The pair faces a pending law suit as the QuickTrim product contains large amounts of caffeine which is harmful as excessive intake has the potential to promote heart attacks. It would be unfair to claim that the Kardashians were aware that the product was potentially dangerous; it is probably more likely that the pair failed to adequately research what they were endorsing.

What is QuickTrim?

The QuickTrim website claims to rid the body of excess water weight, belly bloating and intestinal bulk. As with the majority of diet products it advises the product should be taken in conjunction with a low calorie diet and regular exercise which immediately puts into question the effectiveness of the product.

The product also advises that people should avoid grains and protein completely, this advice is poor at best. A previous article on this site examined the main ingredients to avoid and explained that whole grains are in fact very beneficial; therefore to avoid all grains is foolish.

Avoiding protein is also inadvisable, this is because protein is used to build lean muscle mass which will in turn increase the speed of your metabolism and will assist with extra weight loss even when you are not exercising. The product is currently retailing in over 25,000 stores across the United States but could be taken off the shelves entirely based upon the outcome of this lawsuit.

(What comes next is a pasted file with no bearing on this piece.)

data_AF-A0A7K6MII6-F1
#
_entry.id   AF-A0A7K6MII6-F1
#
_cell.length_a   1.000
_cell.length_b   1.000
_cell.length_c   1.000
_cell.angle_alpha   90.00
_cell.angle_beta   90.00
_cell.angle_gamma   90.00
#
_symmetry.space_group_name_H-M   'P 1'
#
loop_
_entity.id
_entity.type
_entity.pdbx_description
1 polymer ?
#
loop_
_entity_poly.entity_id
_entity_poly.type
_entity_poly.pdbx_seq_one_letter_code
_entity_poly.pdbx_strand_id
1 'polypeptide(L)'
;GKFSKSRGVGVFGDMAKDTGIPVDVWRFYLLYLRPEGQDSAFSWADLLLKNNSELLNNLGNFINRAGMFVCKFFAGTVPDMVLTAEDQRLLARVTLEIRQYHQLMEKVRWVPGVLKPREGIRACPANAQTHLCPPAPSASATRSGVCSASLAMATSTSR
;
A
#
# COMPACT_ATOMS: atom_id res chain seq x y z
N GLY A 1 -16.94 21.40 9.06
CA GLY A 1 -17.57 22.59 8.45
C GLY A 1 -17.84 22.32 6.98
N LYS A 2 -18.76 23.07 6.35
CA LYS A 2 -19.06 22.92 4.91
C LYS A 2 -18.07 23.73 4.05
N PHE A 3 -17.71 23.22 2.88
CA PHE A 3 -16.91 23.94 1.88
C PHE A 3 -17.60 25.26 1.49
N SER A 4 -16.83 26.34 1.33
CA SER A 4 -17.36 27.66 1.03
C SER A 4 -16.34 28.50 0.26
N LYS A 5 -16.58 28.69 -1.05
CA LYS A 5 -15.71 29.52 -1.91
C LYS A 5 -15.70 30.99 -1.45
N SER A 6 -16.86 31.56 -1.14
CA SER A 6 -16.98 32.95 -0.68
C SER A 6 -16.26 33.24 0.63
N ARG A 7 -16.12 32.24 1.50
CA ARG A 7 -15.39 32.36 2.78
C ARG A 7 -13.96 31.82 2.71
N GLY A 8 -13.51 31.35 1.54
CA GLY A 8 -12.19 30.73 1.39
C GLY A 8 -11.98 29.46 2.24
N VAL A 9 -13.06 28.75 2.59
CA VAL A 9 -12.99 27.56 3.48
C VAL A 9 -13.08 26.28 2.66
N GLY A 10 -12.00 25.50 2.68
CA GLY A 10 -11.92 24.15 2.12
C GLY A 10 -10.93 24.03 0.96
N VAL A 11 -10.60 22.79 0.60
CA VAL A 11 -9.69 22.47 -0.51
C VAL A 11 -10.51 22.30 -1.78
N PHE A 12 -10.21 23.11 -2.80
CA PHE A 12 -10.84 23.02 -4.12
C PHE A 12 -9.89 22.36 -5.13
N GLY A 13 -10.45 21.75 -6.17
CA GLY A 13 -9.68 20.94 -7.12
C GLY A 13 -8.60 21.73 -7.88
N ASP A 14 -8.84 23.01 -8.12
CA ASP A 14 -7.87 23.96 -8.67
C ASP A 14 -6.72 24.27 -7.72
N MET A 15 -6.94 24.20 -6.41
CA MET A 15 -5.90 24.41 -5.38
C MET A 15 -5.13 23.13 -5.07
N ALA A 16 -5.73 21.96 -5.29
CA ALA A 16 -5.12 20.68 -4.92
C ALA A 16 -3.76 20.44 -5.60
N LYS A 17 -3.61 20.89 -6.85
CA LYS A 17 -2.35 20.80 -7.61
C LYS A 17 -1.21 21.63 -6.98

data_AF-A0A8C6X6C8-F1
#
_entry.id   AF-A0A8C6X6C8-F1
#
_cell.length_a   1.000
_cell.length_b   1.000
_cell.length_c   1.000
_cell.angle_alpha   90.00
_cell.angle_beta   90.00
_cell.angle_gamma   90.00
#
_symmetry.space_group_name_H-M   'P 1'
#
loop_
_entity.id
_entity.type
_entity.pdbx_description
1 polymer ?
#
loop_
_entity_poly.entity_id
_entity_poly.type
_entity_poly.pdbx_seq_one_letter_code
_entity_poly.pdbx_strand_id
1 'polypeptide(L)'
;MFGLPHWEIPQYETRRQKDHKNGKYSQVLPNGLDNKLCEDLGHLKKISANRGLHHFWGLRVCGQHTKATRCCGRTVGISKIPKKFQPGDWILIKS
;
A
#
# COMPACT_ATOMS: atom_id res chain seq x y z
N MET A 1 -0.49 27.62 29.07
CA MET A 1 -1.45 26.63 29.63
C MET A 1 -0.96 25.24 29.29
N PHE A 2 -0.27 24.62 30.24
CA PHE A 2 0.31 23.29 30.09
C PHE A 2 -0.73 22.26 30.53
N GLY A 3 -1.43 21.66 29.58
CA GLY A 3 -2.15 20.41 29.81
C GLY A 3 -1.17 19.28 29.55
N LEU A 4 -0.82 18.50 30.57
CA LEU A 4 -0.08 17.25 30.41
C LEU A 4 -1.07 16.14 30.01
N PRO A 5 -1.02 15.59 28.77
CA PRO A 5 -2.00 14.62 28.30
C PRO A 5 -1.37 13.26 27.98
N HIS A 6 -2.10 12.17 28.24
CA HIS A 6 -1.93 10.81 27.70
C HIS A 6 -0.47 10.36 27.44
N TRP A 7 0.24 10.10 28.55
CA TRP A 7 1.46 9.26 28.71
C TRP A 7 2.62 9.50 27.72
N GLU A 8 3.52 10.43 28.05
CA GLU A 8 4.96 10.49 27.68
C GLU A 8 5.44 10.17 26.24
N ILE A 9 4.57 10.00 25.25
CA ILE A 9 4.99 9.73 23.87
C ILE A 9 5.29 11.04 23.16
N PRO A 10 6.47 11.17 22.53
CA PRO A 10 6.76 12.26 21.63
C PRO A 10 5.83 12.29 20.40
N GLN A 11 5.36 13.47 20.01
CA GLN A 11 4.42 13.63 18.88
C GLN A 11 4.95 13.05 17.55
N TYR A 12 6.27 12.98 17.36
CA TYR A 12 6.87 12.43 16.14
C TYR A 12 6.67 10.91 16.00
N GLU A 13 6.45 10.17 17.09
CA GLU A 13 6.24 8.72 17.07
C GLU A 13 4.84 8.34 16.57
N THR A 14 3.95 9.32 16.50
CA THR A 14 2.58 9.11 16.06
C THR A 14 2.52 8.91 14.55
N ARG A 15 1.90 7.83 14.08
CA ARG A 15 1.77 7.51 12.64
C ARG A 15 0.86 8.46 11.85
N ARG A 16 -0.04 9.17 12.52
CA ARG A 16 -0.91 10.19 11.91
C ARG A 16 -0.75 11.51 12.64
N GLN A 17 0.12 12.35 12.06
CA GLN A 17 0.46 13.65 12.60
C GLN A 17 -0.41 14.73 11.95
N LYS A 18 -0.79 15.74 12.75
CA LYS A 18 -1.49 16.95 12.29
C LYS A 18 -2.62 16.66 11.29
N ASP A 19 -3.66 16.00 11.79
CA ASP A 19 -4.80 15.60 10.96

The Lawsuit

QuickTrim lawsuitA total of four plaintiffs are suing both the Kardashian sisters and QuickTrim for a total of $5 million dollars which is approximately the total earnings of Kim Kardashian per calendar year (forbes.com). The law firm Burton and Fisher are representing the plaintiffs but the lawsuit requires certification from a judge in order for it to include additional plaintiffs or to potentially become a class action lawsuit.

The plaintiffs argue that the claims made by the QuickTrim product were ‘false, misleading and unsubstantiated.’ Additionally, the active ingredients of the product showed no ‘competent or reliable scientific evidence to support the advertised claims’. At the time of writing this article, representatives for both the Kardashian sisters and QuickTrim are unwilling to comment at this stage although the Kardashians have sought to distance themselves from their own endorsement.

What are the effects of caffeine intake?

Caffeine is classed as a stimulant, this means that it increases activity within the brain and makes you feel more alert and energised. Once ingested, caffeine is rapidly absorbed into the body through the stomach lining and within about 45 minutes is present in the bloodstream. It is metabolised in the liver and spread out across the body in equal proportions.